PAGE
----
School of Engineering

Programme Information

This section provides information about your programme and key contacts.

Some programmes have additional information which is accessible via our School Community on  Blackboard

Programme content information is accessible via module pages on Blackboard.

It is important you that have an understanding of the programme as a whole and how each module and stage contributes to it.

Key Definitions

Module – an element within a programme of study. The size of the module (relative to the programme as a whole) is measured with reference to your learning time. The normal undergraduate academic year is 120 credits, and the normal postgraduate year is 180 credits. Your total study time is expected to total 100 hours for each 10-credit module.

Compulsory modules – modules that you must take in order to fulfill the requirements of the Degree Programme.

Core modules – those modules which you must PASS to be allowed to proceed.

Optional modules – those which you choose to take because they suit your interests and career aspirations.

Aims – each programme will have a set of aims that explains the overall goals of the programme. These aims will relate to programme structure, student outcomes, placements (where relevant), and accrediting bodies (where relevant). Modules will also have a set of aims that explains the primary objectives of each specific module.

Learning outcomes – each programme will have a set of learning outcomes that specifies the skills and knowledge that students are expected to develop over the course of the programme. Modules will also have specific skills outcomes and knowledge outcomes that specify what you will learn and what skills you will develop on each module.

Degree programme regulations – explain which modules can be taken, programme-specific progression rules (i.e., how to ensure that you advance to the next stage), and programme-specific degree classification rules (i.e., how your final degree classification will be determined).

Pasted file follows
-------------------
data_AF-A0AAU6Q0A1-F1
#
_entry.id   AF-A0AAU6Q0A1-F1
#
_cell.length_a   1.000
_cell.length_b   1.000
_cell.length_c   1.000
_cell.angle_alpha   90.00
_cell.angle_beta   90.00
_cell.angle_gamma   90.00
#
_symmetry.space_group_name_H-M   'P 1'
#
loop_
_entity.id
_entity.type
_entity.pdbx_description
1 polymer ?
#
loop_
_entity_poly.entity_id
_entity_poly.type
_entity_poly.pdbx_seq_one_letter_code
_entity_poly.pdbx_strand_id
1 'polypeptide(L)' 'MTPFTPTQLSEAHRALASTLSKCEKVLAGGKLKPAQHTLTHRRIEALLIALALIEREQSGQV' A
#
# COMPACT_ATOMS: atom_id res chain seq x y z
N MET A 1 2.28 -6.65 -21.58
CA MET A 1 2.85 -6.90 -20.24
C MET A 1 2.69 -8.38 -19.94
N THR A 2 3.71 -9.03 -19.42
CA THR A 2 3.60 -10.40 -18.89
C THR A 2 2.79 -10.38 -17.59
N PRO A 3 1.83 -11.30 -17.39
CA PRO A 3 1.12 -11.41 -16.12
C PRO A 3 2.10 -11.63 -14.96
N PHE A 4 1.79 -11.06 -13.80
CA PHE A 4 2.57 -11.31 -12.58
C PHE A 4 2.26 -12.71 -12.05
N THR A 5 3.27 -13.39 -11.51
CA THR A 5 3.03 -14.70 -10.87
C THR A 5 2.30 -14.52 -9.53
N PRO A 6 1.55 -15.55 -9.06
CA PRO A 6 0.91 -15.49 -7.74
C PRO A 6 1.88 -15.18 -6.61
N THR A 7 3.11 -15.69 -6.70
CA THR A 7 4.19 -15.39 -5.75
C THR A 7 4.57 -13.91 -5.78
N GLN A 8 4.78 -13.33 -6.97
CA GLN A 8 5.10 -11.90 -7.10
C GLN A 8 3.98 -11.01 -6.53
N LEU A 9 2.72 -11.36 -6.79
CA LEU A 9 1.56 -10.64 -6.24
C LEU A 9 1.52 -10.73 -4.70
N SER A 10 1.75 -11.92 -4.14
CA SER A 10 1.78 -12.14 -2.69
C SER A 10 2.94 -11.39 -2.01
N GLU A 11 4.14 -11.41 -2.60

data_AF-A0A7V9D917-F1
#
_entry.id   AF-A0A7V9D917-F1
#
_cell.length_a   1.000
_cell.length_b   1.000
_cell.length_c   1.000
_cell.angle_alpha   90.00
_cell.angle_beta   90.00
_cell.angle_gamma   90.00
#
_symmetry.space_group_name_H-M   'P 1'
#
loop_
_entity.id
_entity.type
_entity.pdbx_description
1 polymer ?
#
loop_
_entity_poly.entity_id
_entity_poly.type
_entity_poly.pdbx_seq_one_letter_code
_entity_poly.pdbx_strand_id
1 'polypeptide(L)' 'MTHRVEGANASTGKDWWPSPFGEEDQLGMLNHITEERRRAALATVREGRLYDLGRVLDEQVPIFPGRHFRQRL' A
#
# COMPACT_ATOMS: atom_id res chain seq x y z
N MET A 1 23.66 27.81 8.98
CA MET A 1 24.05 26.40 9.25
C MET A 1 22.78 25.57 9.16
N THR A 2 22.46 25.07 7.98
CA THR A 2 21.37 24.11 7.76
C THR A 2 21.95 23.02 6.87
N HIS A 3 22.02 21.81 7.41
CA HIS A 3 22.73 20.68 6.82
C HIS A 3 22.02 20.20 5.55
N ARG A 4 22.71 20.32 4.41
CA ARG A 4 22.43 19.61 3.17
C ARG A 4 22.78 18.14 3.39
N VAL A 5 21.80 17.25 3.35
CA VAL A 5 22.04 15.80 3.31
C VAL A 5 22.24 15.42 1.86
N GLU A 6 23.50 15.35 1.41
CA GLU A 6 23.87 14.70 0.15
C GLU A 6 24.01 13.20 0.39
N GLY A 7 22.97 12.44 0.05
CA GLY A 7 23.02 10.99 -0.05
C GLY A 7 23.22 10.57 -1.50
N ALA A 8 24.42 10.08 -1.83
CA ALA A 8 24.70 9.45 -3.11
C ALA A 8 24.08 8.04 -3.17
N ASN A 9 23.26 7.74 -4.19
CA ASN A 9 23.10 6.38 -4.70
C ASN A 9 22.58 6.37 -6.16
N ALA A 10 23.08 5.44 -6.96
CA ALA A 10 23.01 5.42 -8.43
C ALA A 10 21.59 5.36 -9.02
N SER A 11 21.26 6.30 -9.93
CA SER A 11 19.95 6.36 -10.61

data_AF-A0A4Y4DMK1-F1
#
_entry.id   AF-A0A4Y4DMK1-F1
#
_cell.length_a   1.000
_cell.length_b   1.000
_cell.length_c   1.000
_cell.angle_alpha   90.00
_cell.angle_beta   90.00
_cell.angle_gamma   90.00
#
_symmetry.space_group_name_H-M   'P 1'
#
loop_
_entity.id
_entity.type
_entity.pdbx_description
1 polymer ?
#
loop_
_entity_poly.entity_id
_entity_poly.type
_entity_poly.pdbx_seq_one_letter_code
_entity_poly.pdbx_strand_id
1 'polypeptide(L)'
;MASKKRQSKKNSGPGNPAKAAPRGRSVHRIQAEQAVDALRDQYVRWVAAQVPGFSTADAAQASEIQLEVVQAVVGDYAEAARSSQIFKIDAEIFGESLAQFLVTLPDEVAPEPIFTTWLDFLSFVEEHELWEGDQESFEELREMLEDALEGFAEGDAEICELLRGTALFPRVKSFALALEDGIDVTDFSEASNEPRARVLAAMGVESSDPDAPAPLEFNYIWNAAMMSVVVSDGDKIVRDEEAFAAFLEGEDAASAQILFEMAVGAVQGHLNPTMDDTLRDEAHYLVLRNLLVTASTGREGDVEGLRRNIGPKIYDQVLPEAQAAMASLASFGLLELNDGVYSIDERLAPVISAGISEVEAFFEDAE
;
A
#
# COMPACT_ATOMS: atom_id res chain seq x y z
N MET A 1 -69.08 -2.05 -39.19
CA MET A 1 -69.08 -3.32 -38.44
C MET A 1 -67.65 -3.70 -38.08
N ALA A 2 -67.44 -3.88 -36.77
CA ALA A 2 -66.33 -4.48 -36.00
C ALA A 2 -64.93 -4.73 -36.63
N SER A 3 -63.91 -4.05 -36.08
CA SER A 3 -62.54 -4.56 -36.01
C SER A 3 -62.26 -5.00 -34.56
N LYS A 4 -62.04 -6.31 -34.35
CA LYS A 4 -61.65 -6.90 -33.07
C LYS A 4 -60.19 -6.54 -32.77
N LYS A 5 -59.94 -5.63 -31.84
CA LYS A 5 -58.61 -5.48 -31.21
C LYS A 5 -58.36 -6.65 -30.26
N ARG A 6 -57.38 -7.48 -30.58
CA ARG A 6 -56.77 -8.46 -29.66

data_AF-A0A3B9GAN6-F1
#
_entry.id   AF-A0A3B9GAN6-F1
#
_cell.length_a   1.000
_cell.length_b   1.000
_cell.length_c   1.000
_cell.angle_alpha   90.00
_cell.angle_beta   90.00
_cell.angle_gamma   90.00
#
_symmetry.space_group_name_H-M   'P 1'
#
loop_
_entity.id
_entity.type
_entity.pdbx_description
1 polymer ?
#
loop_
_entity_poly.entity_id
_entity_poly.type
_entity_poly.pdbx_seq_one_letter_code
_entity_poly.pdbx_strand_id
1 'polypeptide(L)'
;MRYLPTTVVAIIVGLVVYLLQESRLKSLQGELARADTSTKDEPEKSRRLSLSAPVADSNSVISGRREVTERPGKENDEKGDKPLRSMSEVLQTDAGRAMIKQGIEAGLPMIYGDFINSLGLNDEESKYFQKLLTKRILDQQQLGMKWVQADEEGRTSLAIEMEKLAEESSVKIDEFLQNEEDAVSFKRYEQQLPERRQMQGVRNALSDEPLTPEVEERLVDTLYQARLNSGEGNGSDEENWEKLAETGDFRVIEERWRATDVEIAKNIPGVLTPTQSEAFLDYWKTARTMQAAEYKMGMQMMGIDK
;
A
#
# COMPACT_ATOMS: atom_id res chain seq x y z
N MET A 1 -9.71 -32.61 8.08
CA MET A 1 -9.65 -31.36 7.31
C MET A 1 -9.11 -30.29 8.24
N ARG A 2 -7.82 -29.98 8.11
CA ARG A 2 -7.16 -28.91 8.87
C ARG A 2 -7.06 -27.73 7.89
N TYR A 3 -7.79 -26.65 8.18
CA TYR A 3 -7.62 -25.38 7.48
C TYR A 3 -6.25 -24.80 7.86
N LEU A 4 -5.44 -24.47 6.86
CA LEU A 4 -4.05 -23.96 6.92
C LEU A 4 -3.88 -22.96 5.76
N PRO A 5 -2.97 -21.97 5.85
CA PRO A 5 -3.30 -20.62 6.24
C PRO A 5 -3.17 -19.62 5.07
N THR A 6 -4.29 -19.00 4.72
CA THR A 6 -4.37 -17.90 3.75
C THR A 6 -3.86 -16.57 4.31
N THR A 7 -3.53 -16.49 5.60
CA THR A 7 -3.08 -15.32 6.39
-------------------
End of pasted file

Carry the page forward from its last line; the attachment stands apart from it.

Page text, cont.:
Degree programme specifications – the specifications for each degree programme contain information on the aims, learning outcomes, teaching and learning methods and assessment strategies specific to each programme. 

Your Personal Tutor should always be your first point of contact if you have questions or concerns, but he/she may point you in the direction of other people in the School.

The Degree Programme Director (DPD) is responsible for the structure, content and standards of your degree programme. His/her role may involve module development, changes to course content, and recruitment activities. Your personal tutor may refer you to the DPD to discuss academic issues.

The Senior Tutor acts as a coordinator between the School and central University services. He/she also acts as a second point of contact if your personal tutor is absent from the University and may provide support for you and your tutor if any complicated issues arise. The Senior Tutor focuses on supporting students who may have personal circumstances that are affecting their overall performance, rather than specific academic issues.

Modules and Module Choice

The Degree Programme Regulations for your programme explain which modules are compulsory, core, and/or optional on your degree programme. You can look up information on each module in the Module Catalogue. This module page will provide key information, including the number of credits, the types of assessment, the types of teaching activities, and the number of contact hours. It also explains how many hours you are expected to spend in independent study, including lecture follow-up, completing coursework, doing background reading, and revising for your exams. The module outline will also explain the aims and learning outcomes of the module and provide you with an overview of the syllabus.

Stage 1 students complete module selection in Induction Week, and all students will be provided with information to help you select your optional modules. Before submitting your selections, you should meet with your personal tutor to ensure that they are appropriate and that they fit with the Degree Programme Regulations.

The Module Catalogue is rolled forward to the next academic year in March of each year. All continuing students (except for final year students) use S3P to register for your next stage around Easter each year. The S3P system knows what programme you are studying and whether you are studying full time or part time. The system will only let you select the modules associated with your programme to the value of the credits for the stage of your programme.

Graduate Framework

Your University programme is primarily intended to educate you in a particular discipline, but it will also provide training in transferable skills and personal development through a set of graduate attributes. You will have opportunity to develop these through various aspects of your university experience and through your programme. The University maps these attributes according to the Graduate Framework.